Dial μ for Assistance
This past March, a 23-foot-high tsunami struck the Tohoku region of Japan and destroyed the Fukushima Daiichi nuclear power plant. It is still uncertain as to the status of the reactor core—the large, tower-like assembly of fuel rods that contains not only the uranium and plutonium fuel, but also the extremely radioactive waste products of nuclear fission. If the core remains intact and standing, it should be possible to remove the assembly as a unit, and execute some strategy to mitigate its hazards. But if the core melted and nuclear fuel spilled from the fuel rods, suffice it to say there are no easy solutions.
Los Alamos might be able to assess the status of the core by scaling up a demonstration muon tomography system so that it's capable of imaging the inside of the reactor. The uranium and small amount of plutonium in the fuel assembly is heavier and contains more protons per nucleus than any of the steel, concrete, or other materials making up the reactor; hence, the fuel will scatter more muons. By placing detectors on either side of the reactor, one set to measure the incoming muon flux and the other to measure the angular distribution of the transmitted muons, one should be able to locate the heavy materials and deduce the state of the fuel assembly.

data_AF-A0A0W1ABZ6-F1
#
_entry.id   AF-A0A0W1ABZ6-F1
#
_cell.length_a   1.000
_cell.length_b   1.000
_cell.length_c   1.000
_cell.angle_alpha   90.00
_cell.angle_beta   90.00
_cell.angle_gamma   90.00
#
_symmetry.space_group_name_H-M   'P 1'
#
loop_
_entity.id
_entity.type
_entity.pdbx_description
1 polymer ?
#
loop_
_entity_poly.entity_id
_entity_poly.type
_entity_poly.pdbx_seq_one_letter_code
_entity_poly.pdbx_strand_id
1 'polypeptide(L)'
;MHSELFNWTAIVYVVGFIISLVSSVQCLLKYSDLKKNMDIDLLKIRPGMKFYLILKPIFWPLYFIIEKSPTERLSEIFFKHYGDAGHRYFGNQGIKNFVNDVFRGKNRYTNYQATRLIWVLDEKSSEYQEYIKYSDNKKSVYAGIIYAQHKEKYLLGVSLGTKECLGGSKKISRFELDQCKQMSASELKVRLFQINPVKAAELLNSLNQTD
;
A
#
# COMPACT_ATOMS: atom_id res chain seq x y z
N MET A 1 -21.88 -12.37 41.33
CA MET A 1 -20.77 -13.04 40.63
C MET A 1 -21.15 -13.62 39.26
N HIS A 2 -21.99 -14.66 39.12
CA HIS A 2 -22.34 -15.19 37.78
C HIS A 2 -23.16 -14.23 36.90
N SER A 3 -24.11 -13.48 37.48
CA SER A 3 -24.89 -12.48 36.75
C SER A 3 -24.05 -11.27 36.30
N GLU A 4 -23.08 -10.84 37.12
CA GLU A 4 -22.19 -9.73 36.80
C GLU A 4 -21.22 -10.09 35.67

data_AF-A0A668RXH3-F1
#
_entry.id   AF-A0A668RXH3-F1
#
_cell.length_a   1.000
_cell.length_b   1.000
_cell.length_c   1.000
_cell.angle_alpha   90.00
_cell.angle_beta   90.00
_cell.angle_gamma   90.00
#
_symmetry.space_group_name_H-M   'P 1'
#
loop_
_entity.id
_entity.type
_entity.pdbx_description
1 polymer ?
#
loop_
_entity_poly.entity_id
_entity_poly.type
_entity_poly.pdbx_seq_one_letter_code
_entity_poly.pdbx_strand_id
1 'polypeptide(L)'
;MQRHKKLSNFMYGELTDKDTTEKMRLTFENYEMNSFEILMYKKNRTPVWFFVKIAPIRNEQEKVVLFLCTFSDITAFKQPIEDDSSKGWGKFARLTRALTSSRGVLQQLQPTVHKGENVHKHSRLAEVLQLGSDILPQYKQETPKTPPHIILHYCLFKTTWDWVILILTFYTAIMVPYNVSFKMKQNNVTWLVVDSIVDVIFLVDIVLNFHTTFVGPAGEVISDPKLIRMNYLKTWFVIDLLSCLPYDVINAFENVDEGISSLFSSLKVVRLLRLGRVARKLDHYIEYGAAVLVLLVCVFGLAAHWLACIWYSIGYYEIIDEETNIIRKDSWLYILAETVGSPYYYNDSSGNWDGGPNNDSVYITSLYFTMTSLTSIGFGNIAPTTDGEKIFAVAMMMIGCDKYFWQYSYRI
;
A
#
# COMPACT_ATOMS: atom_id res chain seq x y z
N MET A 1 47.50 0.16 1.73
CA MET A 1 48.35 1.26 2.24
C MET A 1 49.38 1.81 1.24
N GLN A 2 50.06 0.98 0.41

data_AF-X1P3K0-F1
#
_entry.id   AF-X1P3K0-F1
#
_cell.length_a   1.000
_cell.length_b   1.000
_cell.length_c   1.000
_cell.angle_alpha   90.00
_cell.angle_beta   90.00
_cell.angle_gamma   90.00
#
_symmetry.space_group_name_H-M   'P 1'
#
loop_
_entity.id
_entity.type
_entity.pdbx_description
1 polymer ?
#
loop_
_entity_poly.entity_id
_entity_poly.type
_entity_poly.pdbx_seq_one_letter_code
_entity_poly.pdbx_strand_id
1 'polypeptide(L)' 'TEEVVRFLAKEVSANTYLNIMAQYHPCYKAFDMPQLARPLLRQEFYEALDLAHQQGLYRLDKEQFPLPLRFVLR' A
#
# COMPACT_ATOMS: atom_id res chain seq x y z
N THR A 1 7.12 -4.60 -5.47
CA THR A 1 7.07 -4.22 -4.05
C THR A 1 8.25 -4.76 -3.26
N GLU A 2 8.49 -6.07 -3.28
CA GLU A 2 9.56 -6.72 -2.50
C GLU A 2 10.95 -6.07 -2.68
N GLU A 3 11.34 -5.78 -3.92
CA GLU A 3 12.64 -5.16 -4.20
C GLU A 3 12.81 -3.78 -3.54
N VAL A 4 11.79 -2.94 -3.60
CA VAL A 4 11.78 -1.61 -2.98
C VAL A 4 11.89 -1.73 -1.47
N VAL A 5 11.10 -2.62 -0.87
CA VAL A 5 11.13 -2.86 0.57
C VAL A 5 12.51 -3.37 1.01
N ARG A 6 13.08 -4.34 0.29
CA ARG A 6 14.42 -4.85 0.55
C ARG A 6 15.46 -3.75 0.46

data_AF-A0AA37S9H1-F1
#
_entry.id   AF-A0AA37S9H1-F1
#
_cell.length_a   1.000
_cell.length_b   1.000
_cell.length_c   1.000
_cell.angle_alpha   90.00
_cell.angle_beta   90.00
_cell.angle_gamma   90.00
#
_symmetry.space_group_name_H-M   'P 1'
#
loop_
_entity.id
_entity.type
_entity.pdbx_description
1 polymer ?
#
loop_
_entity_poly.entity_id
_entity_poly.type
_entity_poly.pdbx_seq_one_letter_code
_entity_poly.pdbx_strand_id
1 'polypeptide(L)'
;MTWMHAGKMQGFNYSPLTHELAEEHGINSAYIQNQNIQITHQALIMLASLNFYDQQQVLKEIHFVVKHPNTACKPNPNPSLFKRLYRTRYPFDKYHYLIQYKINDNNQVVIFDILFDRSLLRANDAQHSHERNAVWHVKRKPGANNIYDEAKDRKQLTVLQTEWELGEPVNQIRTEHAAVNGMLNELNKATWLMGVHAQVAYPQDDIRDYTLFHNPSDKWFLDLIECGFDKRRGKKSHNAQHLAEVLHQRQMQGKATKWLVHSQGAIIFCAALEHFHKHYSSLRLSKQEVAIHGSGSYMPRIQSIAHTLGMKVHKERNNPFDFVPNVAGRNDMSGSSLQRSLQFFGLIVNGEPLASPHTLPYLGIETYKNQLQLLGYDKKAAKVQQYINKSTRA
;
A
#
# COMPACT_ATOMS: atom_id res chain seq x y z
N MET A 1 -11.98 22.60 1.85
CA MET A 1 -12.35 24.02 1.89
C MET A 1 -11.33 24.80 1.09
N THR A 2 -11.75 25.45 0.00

The measurement should be made with (mostly) horizontally-moving muons that cross through the vertically-standing fuel assembly, but few muons travel in a horizontal direction, and the low flux makes imaging problematic. So a team of Los Alamos researchers, led by physicist Cas Milner, built a mock reactor core (upper photo)— a tower of lead bricks surrounded by empty space and blocks of concrete. By looking at the horizontally-moving muons, and using newly developed algorithms, the team was able to reconstruct an image of the core (lower image).
Should the Japanese government request assistance in diagnosing the Daiichi power plant, Los Alamos will be able to respond quickly.